Great analysis there Billy thanksI think this is the salient point. Hospitalisations is the thing to keep an eye on.
If you look at the current 7-day average for infections, the last time we were at this level (on the way up) was around Christmas. At that point in time, we were experiencing an average of 475 deaths per day, compared with about 37 per day now.
It's a bit of a false comparison, as we'd already had a mini-lockdown in November, which suppressed infection rates for a few weeks, but you still had a reservoir of hospitalisations during that period, some of which would unfortunately later translate into deaths. Notwithstanding that, it's still accurate to say that the relationship between infections and deaths has been significantly weakened compared to the 2nd wave.
However, if you look current hospitalisation data, we currently have a 7-day average for admissions of 562 per day, a total of 3,786 people in hospital and 545 patients currently on ventilators. If you look at the last time we had comparable numbers during the 2nd wave (again, on the way up) it was in early October when we had 573 admissions per day, 3,893 people in hospital and 442 patients on ventilators (so pretty close to the same proportions as now). At that point in time, the 7-day average for deaths was about 53 per day (compared with 37 per day now).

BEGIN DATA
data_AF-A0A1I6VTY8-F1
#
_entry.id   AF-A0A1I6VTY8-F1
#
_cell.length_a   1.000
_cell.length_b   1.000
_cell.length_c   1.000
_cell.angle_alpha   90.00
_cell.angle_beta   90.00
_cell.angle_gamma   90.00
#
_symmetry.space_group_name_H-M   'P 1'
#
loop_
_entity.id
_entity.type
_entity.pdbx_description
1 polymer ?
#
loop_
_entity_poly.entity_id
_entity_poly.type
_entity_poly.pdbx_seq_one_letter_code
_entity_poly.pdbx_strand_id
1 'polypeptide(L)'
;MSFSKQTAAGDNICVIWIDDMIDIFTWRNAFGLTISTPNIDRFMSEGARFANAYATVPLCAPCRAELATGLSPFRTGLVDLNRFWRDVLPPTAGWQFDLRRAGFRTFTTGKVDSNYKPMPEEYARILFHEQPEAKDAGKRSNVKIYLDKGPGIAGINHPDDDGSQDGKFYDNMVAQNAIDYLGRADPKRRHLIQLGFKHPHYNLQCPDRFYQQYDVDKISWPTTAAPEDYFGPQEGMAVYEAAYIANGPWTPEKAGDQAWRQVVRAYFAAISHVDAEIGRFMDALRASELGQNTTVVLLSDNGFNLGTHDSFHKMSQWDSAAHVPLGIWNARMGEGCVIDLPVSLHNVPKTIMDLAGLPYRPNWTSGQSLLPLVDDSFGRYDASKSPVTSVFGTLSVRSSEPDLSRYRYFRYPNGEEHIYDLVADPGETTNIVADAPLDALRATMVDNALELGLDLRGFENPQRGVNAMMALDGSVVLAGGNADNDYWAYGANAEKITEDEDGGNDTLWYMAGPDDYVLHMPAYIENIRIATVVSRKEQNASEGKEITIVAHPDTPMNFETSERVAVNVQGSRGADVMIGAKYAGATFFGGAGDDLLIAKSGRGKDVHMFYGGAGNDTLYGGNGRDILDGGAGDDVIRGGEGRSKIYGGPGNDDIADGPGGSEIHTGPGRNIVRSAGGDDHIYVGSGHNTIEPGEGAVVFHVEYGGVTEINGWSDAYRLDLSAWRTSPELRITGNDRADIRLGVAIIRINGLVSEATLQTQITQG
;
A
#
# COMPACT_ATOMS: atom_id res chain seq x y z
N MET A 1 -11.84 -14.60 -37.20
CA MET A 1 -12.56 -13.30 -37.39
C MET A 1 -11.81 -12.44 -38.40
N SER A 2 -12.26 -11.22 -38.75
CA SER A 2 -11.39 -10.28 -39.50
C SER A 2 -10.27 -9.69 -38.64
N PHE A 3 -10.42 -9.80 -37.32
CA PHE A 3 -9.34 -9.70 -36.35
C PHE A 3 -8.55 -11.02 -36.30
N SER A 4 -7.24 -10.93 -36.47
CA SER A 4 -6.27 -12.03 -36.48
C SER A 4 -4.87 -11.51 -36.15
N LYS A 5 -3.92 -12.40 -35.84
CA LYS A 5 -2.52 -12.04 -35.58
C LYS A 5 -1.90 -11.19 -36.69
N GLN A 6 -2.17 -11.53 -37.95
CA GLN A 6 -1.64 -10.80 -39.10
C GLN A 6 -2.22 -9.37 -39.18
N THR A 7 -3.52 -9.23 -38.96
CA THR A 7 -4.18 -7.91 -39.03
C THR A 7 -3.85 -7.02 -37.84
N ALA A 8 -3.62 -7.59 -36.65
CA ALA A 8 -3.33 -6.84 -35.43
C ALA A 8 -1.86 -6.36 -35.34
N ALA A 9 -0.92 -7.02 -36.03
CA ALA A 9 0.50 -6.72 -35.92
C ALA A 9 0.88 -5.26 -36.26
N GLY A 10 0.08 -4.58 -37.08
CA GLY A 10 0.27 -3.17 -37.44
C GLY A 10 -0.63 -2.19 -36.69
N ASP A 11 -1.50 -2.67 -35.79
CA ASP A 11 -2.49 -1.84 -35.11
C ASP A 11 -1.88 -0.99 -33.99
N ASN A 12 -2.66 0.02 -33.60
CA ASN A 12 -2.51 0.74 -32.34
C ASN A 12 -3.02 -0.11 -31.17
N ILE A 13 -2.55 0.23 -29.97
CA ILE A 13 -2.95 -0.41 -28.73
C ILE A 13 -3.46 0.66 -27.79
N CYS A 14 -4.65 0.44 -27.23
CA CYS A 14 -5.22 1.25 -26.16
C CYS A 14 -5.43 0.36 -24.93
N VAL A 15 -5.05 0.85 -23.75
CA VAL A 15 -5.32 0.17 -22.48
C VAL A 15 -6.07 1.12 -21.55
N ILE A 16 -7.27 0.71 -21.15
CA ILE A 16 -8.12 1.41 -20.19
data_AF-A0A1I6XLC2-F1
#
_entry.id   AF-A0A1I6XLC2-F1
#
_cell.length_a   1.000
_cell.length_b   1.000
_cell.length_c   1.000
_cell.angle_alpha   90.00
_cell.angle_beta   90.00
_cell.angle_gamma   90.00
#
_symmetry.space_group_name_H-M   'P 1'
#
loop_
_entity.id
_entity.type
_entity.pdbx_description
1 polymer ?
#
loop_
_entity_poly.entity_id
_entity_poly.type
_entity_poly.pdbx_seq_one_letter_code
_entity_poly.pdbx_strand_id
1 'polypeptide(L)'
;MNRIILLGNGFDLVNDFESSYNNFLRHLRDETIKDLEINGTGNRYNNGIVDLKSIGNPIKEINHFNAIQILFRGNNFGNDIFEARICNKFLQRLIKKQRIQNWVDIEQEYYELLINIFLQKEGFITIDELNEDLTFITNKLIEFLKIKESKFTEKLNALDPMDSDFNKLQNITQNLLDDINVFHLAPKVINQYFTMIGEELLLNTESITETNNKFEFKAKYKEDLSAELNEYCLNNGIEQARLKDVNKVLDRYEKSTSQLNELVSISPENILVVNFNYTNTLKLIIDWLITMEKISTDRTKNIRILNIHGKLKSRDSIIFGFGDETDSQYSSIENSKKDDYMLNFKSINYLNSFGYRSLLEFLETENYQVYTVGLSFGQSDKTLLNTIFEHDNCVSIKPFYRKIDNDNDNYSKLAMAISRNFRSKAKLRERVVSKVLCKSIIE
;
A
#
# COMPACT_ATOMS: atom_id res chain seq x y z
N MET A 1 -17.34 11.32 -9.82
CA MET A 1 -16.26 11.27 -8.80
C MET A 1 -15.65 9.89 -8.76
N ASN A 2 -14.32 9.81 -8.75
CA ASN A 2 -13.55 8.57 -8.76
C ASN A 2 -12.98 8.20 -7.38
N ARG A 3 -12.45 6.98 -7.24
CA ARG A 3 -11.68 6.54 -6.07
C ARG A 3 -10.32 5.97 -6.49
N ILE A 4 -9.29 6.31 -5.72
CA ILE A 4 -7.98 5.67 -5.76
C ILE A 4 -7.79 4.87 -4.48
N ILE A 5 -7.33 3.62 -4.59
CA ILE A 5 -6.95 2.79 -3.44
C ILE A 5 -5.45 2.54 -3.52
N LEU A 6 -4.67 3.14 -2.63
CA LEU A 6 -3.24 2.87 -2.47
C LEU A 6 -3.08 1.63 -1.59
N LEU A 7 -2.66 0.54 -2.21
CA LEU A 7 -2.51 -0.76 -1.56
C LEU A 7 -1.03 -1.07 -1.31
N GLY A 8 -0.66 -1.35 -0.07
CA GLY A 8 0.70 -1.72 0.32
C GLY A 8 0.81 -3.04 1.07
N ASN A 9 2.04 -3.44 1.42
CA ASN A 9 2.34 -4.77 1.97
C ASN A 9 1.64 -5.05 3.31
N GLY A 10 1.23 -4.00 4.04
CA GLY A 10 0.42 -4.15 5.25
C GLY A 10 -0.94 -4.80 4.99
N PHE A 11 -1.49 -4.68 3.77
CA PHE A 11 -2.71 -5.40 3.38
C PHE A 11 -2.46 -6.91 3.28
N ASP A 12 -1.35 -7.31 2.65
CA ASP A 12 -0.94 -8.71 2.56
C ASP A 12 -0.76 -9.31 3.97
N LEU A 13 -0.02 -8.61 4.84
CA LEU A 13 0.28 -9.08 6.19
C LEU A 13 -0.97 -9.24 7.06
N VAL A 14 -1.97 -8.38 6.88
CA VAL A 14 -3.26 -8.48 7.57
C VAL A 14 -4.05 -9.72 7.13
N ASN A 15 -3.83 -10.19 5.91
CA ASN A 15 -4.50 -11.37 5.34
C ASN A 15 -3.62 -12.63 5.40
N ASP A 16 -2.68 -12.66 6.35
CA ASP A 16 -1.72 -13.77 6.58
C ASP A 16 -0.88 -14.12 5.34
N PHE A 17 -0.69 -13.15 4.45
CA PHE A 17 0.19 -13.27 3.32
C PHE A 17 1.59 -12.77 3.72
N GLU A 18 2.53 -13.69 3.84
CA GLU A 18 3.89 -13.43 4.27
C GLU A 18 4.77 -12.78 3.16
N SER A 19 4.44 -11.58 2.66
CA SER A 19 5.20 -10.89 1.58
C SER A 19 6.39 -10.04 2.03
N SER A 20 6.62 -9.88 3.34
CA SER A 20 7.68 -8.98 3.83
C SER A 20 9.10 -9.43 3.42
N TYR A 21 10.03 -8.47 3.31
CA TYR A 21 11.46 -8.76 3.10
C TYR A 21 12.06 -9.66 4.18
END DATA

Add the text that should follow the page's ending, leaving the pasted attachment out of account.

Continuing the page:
So the relationship between infections and deaths does appear to have been significantly weakened. However, the relationship between hospitalisations and deaths, which may have been weakened slightly, does appear to still be there.